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There's the recent article NSA seeks to build quantum computer that could crack most types of encryption. Now I'm not surprised by the NSA trying anything1, but what slightly baffles me is the word "most" - so, what encryption algorithms are known and sufficiently field-tested that are not severely vulnerable to Quantum Computing?

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    1) Yup, I wouldn't even be surprised if they had a secret department of fortune telling... – Tobias Kienzler Jan 3 '14 at 14:16
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    Best to use OTP -in real world and for the virtual world use symmetric algorithms + 256bit keys. look at this theguardian.com/world/2013/sep/05/… – Johny Jan 3 '14 at 18:02
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    Quantum computers are still a ways off. The concept relies on using bits, that when unobserved, are both 1 and 0 and so able to calculate with all the values that can be represented in the given space -- with one calculation. As romantic as this sounds, I have yet to hear of a way to calculate with this bits while leaving them unobserved. – November Jan 3 '14 at 20:39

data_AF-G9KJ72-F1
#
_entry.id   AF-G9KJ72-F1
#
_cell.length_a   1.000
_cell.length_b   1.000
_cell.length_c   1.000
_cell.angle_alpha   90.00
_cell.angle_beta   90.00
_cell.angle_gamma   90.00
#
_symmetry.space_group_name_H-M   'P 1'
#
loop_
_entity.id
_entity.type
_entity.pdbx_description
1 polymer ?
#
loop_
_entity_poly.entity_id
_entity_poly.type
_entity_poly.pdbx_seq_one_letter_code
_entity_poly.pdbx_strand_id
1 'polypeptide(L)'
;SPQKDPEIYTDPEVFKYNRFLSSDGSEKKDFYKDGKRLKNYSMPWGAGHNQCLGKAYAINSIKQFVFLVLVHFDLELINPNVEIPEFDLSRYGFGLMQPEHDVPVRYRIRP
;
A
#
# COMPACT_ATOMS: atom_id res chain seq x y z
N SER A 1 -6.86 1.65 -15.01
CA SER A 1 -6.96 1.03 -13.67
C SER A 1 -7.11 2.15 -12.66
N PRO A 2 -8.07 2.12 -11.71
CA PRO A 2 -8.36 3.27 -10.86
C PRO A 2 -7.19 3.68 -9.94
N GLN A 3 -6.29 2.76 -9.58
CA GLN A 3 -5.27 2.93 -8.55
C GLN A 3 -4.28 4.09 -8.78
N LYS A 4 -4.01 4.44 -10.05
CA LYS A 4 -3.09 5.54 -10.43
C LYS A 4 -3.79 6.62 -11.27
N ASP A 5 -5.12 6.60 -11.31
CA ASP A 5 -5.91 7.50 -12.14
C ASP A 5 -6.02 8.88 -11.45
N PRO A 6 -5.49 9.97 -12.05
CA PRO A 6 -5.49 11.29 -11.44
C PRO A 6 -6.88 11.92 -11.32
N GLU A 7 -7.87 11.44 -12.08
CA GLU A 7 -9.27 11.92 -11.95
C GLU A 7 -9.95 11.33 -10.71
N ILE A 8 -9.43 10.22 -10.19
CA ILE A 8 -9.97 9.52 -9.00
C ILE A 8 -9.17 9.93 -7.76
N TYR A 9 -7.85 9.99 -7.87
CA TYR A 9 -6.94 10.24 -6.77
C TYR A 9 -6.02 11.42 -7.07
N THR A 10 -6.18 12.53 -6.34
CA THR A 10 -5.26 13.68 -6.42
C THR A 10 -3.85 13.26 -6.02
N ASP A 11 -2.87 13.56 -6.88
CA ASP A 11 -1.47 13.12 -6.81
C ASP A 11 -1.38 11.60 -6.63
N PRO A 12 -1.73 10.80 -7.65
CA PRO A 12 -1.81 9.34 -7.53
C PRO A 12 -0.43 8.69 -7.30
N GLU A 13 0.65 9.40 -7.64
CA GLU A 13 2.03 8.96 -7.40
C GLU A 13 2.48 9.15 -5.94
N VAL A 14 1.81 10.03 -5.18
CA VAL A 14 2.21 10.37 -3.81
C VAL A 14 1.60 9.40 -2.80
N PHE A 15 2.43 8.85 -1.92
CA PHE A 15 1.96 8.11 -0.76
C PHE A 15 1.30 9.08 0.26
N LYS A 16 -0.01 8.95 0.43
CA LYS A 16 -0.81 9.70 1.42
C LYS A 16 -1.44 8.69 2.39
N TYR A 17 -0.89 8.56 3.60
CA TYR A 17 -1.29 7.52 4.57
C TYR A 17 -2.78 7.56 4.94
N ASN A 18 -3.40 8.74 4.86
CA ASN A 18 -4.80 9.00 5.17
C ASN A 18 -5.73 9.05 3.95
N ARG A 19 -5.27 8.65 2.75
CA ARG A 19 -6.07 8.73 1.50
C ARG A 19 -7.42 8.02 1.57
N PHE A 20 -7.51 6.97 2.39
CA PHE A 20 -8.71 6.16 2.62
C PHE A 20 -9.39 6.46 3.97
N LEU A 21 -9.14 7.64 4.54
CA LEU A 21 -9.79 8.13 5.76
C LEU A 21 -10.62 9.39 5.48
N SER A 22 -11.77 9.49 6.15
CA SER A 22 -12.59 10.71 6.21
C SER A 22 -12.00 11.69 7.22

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    Don't assume that just because an organization the size of the NSA is trying to build something that they expect to successfully deploy one anytime soon. Because arms-races are races, often an organization will research something because they don't want to be just starting out when their competitors are deploying one. If the NSA builds up a brain-trust of people who know about quantum computing then they might be able to deploy one ahead of their competitors, and are less likely to be caught flat-footed. – Mike Samuel Jan 3 '14 at 22:49
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    @November Your knowledge is outdated. Computations on qbits have been performed. Just not very many. But there’s nothing “romantic” about this concept, it’s been demonstrated in practice. – Konrad Rudolph Jan 5 '14 at 16:38
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As usual, journalism talking about technical subjects tends to be fuzzy about details...

Assuming that a true Quantum Computer can be built, then:

  • RSA, and other algorithms which rely on the hardness of integer factorization (e.g. Rabin), are toast. Shor's algorithm factors big integers very efficiently.